You Can Still Make Money In Token Sales By Thinking Like A Venture Capitalist

12 / 19 / 2018 By Mark Thomas

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Token Sales are dead. We’ve heard this mantra spoken several times over the past three months from experts and “former enthusiasts” within the crypto and blockchain industry. We’ve seen it in the price of alt-coins that have tanked over 90% in price since summertime. We feel it in the general malaise that creeps across people’s faces when discussing cryptocurrencies (if they’re even willing to discuss crypto at all).

But all of this is healthy and is setting us up for the real party.

They hype and euphoria of Token Sales we experienced from the summer of 2017 until the summer of 2018 when ICO’s could raise $50M on an idea and a whitepaper alone simply weren’t sustainable. Speculation ruled the day as to how and when projects would eventually be adopted by the masses and/or customer and revenue growth would be achieved. Whether there was any real use case for a particular protocol or Dapp didn’t really matter because the get-rich-quick mentality that was pervasive across the globe drowned out voices of reason. The Greater Fool Theory was rampant, and no one cared to look at the fundamentals.

Like all things that are often too good to be true, the crypto markets began to sink in early 2018, then again this summer, and then the nail in the coffin happened last month when Bitcoin broke through support at $5,800 and free-fell to its current $3K levels. Overall, Bitcoin is down 85% from it’s all-time-high a year ago, with most other alt coins fairing even worse.

The reason these prices crashed back down to Earth was the lack of fundamentals exhibited by 99% of the projects that were behind the coins. Eventually, investors are going to want to see real-life use cases, customer and revenue growth, and adoptability. Bitcoin probably fared the best because it has the highest chance of becoming “digital gold” and the standard of all cryptocurrencies (through its first-mover advantage). But all of the other alt coins and projects behind them needed to show that they were ready to become scalable products in order to justify their lofty raise amounts and valuations. Clearly, this hasn’t happened yet.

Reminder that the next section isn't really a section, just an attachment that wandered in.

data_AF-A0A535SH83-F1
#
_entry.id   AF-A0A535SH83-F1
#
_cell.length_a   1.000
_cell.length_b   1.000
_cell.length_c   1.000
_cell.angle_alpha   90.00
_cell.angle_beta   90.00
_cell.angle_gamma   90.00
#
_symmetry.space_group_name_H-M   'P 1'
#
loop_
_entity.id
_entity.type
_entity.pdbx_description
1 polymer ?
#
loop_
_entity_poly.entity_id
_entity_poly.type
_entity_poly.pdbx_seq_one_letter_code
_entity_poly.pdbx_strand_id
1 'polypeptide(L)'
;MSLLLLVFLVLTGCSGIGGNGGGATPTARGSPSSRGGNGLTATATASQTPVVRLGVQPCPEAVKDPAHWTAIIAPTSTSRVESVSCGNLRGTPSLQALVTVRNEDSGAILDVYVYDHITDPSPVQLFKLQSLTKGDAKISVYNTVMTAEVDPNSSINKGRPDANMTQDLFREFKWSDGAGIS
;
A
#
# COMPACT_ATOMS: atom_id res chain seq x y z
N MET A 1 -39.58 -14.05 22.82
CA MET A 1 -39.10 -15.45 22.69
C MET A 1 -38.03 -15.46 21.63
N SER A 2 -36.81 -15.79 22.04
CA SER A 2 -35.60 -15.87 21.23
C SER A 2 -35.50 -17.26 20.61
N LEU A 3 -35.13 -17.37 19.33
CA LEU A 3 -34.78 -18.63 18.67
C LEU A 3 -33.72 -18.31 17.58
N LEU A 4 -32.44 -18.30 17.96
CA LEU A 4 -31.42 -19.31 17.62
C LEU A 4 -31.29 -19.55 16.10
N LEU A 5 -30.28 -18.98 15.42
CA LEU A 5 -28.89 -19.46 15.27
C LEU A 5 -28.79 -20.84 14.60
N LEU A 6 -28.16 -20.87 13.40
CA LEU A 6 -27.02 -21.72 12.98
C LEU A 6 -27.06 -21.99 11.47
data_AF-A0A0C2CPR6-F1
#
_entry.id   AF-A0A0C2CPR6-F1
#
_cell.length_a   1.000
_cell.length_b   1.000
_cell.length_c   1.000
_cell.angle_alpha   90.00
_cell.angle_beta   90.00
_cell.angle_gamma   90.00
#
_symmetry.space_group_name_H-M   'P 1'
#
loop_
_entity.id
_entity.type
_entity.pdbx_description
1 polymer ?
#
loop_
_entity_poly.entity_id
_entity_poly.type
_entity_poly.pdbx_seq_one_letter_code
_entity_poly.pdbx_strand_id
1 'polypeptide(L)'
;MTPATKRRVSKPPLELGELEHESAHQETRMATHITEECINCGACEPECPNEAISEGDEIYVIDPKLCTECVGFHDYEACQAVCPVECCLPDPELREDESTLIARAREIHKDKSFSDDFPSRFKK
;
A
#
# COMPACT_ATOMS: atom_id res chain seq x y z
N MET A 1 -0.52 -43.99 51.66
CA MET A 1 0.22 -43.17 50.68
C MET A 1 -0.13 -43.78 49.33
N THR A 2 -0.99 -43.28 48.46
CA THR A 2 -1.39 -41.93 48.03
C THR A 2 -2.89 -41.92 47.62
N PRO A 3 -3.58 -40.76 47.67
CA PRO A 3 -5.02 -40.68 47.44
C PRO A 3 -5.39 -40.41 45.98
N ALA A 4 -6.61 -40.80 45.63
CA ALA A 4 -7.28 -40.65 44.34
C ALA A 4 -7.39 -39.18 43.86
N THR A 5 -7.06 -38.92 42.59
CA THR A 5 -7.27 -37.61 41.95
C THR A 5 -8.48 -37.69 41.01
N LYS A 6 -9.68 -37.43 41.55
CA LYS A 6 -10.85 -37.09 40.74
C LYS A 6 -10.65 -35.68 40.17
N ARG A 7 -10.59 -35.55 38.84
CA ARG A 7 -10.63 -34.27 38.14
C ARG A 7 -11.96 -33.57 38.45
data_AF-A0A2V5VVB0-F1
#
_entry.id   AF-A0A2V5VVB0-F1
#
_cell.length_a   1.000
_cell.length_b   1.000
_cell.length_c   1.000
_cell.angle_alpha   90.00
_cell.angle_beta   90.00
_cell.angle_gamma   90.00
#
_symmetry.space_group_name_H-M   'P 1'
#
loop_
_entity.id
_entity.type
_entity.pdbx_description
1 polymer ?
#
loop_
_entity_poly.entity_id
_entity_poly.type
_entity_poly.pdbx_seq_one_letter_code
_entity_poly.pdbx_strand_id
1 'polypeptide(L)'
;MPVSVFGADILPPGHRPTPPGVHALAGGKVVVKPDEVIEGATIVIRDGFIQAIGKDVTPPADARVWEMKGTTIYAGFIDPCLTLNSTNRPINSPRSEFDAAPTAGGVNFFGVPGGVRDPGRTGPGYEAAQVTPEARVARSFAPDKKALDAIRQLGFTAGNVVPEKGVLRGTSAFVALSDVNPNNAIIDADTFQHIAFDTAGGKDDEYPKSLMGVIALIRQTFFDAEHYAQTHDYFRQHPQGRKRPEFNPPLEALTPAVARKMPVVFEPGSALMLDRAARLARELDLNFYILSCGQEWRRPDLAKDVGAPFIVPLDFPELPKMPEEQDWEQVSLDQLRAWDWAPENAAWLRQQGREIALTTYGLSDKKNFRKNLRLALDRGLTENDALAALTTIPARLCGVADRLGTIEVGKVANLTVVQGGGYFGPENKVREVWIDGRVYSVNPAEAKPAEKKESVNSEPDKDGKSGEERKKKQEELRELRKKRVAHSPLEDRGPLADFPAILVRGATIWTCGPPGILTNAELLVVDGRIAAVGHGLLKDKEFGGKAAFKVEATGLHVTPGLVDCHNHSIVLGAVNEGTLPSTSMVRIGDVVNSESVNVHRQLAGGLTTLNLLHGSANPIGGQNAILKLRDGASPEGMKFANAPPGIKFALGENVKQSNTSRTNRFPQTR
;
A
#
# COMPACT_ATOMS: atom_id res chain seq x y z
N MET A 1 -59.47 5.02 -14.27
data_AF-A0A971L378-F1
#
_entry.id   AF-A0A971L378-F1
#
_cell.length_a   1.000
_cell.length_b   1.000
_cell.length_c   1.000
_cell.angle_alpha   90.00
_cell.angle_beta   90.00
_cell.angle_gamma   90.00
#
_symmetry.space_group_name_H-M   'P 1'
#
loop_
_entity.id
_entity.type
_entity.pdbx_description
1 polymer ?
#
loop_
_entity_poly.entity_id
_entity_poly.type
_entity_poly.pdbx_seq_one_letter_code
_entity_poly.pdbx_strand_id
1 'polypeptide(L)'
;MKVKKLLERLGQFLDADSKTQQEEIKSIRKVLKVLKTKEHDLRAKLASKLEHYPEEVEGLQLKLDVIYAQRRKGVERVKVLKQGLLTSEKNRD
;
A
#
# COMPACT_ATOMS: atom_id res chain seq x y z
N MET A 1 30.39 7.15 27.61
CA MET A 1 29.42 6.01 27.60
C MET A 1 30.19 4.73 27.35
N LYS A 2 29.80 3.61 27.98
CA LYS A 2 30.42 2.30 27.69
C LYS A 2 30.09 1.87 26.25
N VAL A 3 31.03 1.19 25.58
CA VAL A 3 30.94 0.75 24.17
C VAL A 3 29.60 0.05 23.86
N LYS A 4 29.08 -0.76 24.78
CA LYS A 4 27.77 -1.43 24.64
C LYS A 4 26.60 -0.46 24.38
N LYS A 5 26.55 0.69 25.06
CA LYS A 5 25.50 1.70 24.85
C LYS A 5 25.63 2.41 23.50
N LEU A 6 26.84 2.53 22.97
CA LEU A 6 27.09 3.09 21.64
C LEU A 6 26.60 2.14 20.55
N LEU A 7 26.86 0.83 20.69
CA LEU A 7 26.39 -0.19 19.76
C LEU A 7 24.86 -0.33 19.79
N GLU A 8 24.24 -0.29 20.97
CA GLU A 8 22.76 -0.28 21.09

The good news is that this massive correction has forced both incumbents and new projects to focus their attention on what matters — building sustainable products that consumers and businesses want to use in their every day lives. It has also drastically reduced the number of gimmicky ICO’s and Token Sales down to just a select few that have the potential to be big. Investor appetite for fundamentals is now required, and that has a funny way of weeding out those that were just looking to make a quick buck (or coin) and leaving us with the products and projects that are building something sustainable.

So what’s a retail crypto investor to do in a market like this, where you still believe in blockchain and cryptocurrencies changing the world, but looking at prices every day on your Binance app makes you physically ill? The answer is to start approaching Token Sale investing like venture capitalists and angel investors approach startup investing.

Professional startup investors have a checklist of things that are must-have’s before they’ll write a check (or before they’ll send their crypto), and they’re very selective about what they invest and don’t invest in. They don’t rely on some greater fool to sell to further down the line. They have a rigorous process that has led to huge returns funding the top technologies that rule the world. Their checklist allows them to pattern match and determine which companies have the highest likelihood of success based on what they’ve seen in other successful companies. If you approach investing in Token Sales like VC’s and angel investors approach investing in startups, your opportunity for making outsized returns that dwarf any other asset class increases exponentially.

Here’s what to look for in Token Sale projects and what your process should look like: